24.7.2017   

EN

Official Journal of the European Union

C 239/64


Action brought on 31 May 2017 — Cathay Pacific Airways v Commission

(Case T-343/17)

(2017/C 239/76)

Language of the case: English

Parties

Applicant: Cathay Pacific Airways Ltd (Hong Kong, China) (represented by: R. Kreisberger and N. Grubeck, Barristers, M. Rees, Solicitor and E. Estellon, lawyer)

Defendant: European Commission

Form of order sought

The applicant claims that the Court should:

annul each of the findings of infringement set out in Article 1(1) to 1(4) of Commission Decision C(2017) 1742 final of 17 March 2017 relating to a proceeding under Article 101 TFEU, Article 53 of the EEA Agreement and Article 8 of the Agreement between the European Community and the Swiss Confederation on Air Transport (Case AT.39258 — Airfreight) insofar as they concern the applicant;

annul Article 3 of the contested decision insofar as it imposed a fine of EUR 57 120 000 on the applicant or alternatively reduce the amount of that fine, and

order the Commission to pay the applicant’s costs of making this application.

Pleas in law and main arguments

In support of the action, the applicant relies on seven pleas in law.

1.

First plea in law, alleging that the Commission erred in law and/or in fact and/or failed to meet the applicable standard of proof by including the applicant in Article 1(1) and 1(4) of the operative part of the contested decision and finding that the applicant participated in the alleged single and continuous infringement.

The applicant puts forward that there is no lawful basis for being included in the intra-European infringements.

The applicant further claims that there is no adequate factual basis for being included in the intra-European infringements.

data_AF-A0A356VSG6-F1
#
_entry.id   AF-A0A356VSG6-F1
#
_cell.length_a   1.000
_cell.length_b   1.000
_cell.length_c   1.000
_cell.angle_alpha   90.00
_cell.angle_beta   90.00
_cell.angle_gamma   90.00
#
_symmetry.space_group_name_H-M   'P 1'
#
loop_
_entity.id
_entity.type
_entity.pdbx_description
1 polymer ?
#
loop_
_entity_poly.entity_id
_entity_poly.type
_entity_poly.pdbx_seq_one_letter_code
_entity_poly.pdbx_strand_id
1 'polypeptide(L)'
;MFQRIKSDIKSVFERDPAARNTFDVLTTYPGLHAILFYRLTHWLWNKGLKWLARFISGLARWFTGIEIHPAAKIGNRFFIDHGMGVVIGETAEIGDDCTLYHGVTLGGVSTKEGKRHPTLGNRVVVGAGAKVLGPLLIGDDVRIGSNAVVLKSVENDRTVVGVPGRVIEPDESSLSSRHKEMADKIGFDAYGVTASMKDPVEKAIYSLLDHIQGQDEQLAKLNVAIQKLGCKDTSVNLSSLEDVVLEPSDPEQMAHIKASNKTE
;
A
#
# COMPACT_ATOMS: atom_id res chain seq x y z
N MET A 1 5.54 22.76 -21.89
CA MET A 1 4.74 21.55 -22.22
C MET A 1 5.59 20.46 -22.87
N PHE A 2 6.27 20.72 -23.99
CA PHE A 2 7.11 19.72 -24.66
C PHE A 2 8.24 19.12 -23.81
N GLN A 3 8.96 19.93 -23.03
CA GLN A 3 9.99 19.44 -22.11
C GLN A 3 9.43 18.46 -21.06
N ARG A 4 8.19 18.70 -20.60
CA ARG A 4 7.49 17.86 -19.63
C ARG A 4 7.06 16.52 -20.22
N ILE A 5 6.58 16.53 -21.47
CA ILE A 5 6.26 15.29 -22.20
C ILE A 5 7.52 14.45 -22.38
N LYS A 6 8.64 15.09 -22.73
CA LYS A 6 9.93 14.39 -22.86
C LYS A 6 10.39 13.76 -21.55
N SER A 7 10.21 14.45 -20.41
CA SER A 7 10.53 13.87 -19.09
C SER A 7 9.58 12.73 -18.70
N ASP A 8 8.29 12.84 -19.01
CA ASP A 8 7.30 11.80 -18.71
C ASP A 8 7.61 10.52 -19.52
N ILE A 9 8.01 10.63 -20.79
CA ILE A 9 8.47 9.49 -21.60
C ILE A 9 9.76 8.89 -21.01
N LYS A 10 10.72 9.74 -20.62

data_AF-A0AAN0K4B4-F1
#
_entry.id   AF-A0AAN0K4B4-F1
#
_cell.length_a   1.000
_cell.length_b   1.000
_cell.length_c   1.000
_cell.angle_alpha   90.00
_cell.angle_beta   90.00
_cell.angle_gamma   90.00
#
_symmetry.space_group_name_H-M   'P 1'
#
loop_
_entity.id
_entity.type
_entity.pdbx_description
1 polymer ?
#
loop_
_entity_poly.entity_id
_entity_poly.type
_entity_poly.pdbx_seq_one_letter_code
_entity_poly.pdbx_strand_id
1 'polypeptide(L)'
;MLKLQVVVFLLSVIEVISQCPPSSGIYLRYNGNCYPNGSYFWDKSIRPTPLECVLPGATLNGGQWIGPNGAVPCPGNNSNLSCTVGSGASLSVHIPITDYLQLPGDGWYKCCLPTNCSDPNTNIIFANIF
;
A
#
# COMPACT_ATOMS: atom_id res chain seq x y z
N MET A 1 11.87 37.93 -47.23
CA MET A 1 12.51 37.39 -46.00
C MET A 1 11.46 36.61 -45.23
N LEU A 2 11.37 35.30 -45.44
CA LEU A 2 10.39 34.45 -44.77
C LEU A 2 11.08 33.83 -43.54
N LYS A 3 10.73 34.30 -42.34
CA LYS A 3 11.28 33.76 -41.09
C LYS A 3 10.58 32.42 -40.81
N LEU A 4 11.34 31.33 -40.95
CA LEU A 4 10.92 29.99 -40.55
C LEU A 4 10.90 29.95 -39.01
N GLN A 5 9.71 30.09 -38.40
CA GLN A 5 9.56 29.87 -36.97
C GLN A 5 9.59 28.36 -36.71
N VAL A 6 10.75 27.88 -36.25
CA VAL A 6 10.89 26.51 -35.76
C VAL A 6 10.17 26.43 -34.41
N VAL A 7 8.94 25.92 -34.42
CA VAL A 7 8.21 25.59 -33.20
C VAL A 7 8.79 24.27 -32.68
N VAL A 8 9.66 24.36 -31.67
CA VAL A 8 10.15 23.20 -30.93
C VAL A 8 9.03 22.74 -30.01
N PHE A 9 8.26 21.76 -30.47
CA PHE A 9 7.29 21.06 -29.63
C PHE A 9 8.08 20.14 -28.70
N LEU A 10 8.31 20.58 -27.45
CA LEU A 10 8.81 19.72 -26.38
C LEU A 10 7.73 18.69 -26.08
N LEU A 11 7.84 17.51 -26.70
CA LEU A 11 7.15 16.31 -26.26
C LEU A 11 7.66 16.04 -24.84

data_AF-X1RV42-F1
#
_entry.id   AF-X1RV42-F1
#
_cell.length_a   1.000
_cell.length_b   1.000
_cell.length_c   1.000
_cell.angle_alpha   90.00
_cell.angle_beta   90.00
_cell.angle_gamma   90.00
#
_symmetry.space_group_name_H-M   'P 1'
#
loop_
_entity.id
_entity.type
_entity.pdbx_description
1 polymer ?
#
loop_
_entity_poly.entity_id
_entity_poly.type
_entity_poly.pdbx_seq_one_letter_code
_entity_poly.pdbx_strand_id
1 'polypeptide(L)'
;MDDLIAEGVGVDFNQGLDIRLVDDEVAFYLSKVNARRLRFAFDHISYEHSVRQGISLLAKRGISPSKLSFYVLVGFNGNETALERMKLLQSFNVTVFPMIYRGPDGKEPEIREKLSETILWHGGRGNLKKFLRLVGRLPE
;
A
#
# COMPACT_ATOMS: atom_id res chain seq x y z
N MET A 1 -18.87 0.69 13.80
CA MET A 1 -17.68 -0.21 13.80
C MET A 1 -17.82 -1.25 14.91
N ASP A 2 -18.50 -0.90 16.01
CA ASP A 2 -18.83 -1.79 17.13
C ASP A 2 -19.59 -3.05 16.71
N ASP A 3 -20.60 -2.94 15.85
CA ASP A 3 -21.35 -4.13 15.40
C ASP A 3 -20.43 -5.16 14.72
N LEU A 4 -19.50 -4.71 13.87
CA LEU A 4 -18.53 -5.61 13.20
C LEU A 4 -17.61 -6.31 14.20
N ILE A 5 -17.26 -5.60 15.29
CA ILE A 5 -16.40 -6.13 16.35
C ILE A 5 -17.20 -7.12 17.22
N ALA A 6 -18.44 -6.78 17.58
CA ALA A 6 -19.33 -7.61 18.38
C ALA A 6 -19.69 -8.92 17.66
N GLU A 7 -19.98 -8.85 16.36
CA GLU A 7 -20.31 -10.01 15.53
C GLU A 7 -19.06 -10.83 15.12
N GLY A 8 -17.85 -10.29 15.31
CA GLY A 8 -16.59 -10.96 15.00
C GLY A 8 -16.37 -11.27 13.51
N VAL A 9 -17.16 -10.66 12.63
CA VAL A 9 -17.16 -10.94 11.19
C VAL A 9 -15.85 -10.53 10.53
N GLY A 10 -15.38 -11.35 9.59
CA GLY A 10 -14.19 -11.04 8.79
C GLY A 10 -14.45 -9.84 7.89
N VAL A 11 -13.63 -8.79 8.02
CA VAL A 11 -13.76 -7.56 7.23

The applicant further alleges that the Commission’s reliance on new reasons is in breach of its rights of defence.

The applicant finally puts forward that the Commission’s unlawful inclusion of the applicant within Article 1(1) to 1(4) is fatal to its attempt to establish that the applicant participated in the alleged single and continuous infringement.

2.

Second plea in law, alleging that by adopting a second decision against the applicant, which imputes new infringing conduct to it, the Commission has violated Article 25 of Regulation 1/2003 as well as the principles of legal certainty, justice and the good administration of justice.

3.

Third plea in law, alleging that the Commission failed to establish to the requisite standard of proof that the applicant is liable for participation in the alleged single and continuous infringement.

According to the applicant, the Commission failed to deal with the applicant specifically and to establish the individual components of the single and continuous infringement in relation to the applicant.

The applicant furthermore claims that the Commission failed to show an overall plan pursuing a common objective.

The applicant further alleges that the Commission failed to show that the applicant participated or had the requisite intention to participate in the single and continuous infringement.

The applicant finally puts forward that there is no finding that it had the requisite knowledge.

4.

Fourth plea in law, alleging that the Commission failed to give adequate reasons to support its finding that the applicant participated in the alleged single and continuous infringement.

5.

Fifth plea in law, alleging that the Commission erred in relying on the applicant’s activities in third-country regulated jurisdictions as evidence of participation in the alleged single and continuous infringement and failed to give reasons in that regard.

According to the applicant, the Commission failed to meet the applicable burden of proof in respect of the applicant’s conduct in Hong Kong and/or failed to give adequate reasons.

The applicant further claims that the Commission failed to establish that the applicant’s conduct in Hong Kong has an anti-competitive objective.

The applicant further alleges that it was compelled by Hong Kong law to submit collective applications.

The applicant finally claims an infringement of the principles of comity and non-interference.

6.

Sixth plea in law, alleging that the Commission had no jurisdiction to apply Article 101 TFEU to conduct relating to inbound flights, i.e. airfreight services from third countries to Europe.

7.

Seventh plea in law, alleging that the Commission erred in law in calculating the fine imposed on the applicant.